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The Church Christ Builds, Pt. 5

“Pay club dues, attend meetings and events, use your professional skills to make a difference.” Those are the membership expectations for the Rotary Club. To function, members must know their responsibilities and fulfill them as best they can. Without these expectations, the club would be meaningless. It’s important to ensure expectations are clearly defined and communicated to members.

Are there any expectations for believers? Of course! First and foremost, they’re required to repent of their sins, trust in Jesus, and be baptized (Acts 2:38). They’re called to live a life of holiness and purity (1 Pet. 1:16). They’re called to meet together regularly (Heb. 10:23-24) to hear God’s Word preached (2 Tim. 4:2) and to care for one another in their walk with Christ (1 Cor. 12:25). What if someone said they wanted to follow Jesus, but refused to do any of those things? It would be a contradiction, because following Jesus entails obedience to his word (1 John 2:3-6). Christ purchased the church and gives it clear expectations for living. Membership is the answer to the question: “Who is willing to live aligned with these expectations?”

The term “church membership” isn’t in the Bible, but the concept is everywhere. Christians are members of one another because we’re all members of Christ’s body (Rom. 12:15). The Christians in Corinth understood some people were “inside” the church and some were “outside” (1 Cor. 5:12-13). Even the act of excommunication Jesus teaches in Matthew 18:15-18 presupposes membership, because someone can’t be excluded from something they aren’t a member of.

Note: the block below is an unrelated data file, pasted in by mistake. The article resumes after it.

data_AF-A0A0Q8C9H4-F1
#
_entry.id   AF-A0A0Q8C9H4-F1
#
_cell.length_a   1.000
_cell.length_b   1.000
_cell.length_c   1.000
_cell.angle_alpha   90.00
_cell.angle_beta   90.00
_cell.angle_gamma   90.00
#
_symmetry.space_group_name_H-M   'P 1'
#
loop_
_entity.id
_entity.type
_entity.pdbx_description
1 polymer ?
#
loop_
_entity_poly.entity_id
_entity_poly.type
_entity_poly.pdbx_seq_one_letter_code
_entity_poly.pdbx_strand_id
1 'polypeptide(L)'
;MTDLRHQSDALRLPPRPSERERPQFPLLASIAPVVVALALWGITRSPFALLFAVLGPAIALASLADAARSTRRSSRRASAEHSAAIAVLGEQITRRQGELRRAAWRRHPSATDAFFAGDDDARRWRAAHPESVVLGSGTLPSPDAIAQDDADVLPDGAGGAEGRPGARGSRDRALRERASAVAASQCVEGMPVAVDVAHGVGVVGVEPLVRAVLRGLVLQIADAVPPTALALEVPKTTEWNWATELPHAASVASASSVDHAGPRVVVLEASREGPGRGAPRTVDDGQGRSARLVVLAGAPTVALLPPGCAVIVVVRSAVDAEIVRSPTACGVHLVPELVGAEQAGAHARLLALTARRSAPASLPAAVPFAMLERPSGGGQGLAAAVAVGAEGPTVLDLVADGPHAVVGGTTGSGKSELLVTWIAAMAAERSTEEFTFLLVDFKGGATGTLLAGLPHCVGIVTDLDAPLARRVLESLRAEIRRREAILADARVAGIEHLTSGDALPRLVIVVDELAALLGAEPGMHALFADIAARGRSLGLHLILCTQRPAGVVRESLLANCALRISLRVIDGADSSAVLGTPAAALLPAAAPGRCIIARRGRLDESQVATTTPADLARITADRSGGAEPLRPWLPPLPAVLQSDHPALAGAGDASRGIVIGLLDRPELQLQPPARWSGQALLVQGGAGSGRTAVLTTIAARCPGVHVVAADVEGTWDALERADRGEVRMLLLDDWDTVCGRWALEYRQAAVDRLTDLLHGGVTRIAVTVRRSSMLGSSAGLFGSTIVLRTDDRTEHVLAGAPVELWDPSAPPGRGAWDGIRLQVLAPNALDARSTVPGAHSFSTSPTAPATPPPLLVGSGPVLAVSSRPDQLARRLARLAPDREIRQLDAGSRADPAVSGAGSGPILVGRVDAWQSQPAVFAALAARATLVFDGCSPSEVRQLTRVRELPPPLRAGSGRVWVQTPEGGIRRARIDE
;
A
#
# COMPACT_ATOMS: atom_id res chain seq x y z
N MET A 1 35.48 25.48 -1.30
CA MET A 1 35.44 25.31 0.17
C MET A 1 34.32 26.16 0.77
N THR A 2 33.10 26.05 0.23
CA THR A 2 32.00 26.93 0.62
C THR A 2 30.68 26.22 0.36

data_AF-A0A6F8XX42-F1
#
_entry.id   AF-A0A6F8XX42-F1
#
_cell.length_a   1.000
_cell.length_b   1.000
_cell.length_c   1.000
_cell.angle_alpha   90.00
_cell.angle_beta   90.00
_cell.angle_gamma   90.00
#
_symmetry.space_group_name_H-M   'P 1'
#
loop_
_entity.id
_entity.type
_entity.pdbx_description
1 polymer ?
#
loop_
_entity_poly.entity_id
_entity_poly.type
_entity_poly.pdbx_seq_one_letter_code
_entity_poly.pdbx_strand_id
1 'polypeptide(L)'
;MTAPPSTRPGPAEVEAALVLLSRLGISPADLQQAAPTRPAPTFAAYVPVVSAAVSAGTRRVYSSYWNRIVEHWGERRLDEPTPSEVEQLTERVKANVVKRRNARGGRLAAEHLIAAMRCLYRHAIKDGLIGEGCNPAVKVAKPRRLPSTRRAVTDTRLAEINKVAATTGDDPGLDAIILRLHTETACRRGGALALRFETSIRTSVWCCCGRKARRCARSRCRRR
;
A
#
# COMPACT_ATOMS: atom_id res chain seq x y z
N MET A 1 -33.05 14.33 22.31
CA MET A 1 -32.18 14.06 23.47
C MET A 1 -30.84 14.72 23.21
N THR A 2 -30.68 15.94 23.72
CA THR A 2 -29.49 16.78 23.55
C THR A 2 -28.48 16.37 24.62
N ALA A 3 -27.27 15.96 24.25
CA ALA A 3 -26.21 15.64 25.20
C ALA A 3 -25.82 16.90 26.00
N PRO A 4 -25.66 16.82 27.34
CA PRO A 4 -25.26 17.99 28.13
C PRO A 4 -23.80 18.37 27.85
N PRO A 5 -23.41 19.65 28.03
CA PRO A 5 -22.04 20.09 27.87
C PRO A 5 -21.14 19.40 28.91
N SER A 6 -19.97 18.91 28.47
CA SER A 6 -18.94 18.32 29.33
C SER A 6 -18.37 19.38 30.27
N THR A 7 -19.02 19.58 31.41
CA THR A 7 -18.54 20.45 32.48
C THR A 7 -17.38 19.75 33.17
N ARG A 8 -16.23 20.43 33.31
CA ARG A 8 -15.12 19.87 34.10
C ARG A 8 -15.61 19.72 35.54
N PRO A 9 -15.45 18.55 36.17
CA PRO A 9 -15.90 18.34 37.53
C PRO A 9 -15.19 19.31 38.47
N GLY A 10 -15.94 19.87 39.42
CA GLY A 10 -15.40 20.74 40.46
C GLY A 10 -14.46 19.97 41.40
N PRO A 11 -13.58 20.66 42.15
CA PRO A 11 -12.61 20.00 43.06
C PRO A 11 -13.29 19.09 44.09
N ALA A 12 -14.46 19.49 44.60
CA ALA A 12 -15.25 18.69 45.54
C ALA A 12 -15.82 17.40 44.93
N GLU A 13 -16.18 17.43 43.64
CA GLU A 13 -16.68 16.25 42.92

The church has the responsibility to protect the gospel (1 Tim. 3:15) by making sure the people who claim to believe it are legitimate. A church filled with false converts distorts the gospel. That’s why Paul speaks of removing people from the church when they continually and unrepentantly demonstrate unwillingness to obey Jesus (1 Tim. 1:19-20, Titus 3:10). The church is supposed to love, lead, and feed its members, and remove unrepentant imposters who threaten the health of the church. Without membership, there is no knowing who’s who.

Lastly, and perhaps most persuasively, Hebrews 13:17 tells Christians to obey and submit to their leaders because they’re going to give an account for the souls of their flock. Without some sort of membership, it’s impossible for leaders to know who they’re responsible for! Similarly, Christians are expected to obey and submit to specific leaders. Every Christian ought to have clearly designated leaders they can recognize and who recognize them. Membership allows this.

In coming weeks we’ll be talking a lot about why membership matters because the church matters, the gospel matters, and because the mission matters.

Yours for Christ,
Eric
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The Church Christ Builds, Pt. 4

 Recently I was watching a press conference where the GM of the Lakers, Rob Pelinka, made a statement related to the signing of LeBron James. Lakers fans (myself included) have been ecstatic about signing the best basketball player of this generation. With James in the purple and gold, there’s a chance at being back on top. But during the interview, Pelinka said, “We don’t celebrate signings. We don’t celebrate roster additions. We celebrate one thing and that’s NBA championships.”

That’s clarity. That’s the main thing. He knows the mission. NBA championships are the main thing. Everything else is done to help bring the team to that goal.

In a similar way, the church must understand its mission. Without deep commitment to the mission, we’ll drift. We must know what its main thing is. Fortunately, Jesus didn’t leave us in the dark. In Matthew 28:19 Jesus gave the church its charter, forever clarifying for us exactly what we’re aiming for:  “Go therefore and make disciples of all nations…”